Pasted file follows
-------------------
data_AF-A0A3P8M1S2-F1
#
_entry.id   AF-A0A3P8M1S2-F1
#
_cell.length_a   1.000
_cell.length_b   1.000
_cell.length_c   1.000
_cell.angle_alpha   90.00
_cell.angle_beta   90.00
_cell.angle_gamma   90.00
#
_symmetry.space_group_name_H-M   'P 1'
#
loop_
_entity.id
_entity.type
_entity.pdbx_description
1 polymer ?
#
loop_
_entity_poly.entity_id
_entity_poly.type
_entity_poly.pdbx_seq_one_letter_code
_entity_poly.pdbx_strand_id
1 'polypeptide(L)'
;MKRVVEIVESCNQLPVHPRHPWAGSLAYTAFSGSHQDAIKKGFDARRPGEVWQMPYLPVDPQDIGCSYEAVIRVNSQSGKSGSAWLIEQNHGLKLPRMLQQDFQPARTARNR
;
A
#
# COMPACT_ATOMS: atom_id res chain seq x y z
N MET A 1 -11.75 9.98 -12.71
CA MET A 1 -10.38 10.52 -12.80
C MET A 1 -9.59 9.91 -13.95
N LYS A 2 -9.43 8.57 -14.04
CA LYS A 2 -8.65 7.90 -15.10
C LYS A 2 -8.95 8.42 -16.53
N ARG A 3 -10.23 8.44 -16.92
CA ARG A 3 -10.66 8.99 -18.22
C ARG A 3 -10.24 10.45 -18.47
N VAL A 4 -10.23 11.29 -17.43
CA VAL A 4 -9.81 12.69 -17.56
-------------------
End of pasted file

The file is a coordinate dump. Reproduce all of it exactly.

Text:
data_AF-A0A3P8M1S2-F1
#
_entry.id   AF-A0A3P8M1S2-F1
#
_cell.length_a   1.000
_cell.length_b   1.000
_cell.length_c   1.000
_cell.angle_alpha   90.00
_cell.angle_beta   90.00
_cell.angle_gamma   90.00
#
_symmetry.space_group_name_H-M   'P 1'
#
loop_
_entity.id
_entity.type
_entity.pdbx_description
1 polymer ?
#
loop_
_entity_poly.entity_id
_entity_poly.type
_entity_poly.pdbx_seq_one_letter_code
_entity_poly.pdbx_strand_id
1 'polypeptide(L)'
;MKRVVEIVESCNQLPVHPRHPWAGSLAYTAFSGSHQDAIKKGFDARRPGEVWQMPYLPVDPQDIGCSYEAVIRVNSQSGKSGSAWLIEQNHGLKLPRMLQQDFQPARTARNR
;
A
#
# COMPACT_ATOMS: atom_id res chain seq x y z
N MET A 1 -11.75 9.98 -12.71
CA MET A 1 -10.38 10.52 -12.80
C MET A 1 -9.59 9.91 -13.95
N LYS A 2 -9.43 8.57 -14.04
CA LYS A 2 -8.65 7.90 -15.10
C LYS A 2 -8.95 8.42 -16.53
N ARG A 3 -10.23 8.44 -16.92
CA ARG A 3 -10.66 8.99 -18.22
C ARG A 3 -10.24 10.45 -18.47
N VAL A 4 -10.23 11.29 -17.43
CA VAL A 4 -9.81 12.69 -17.56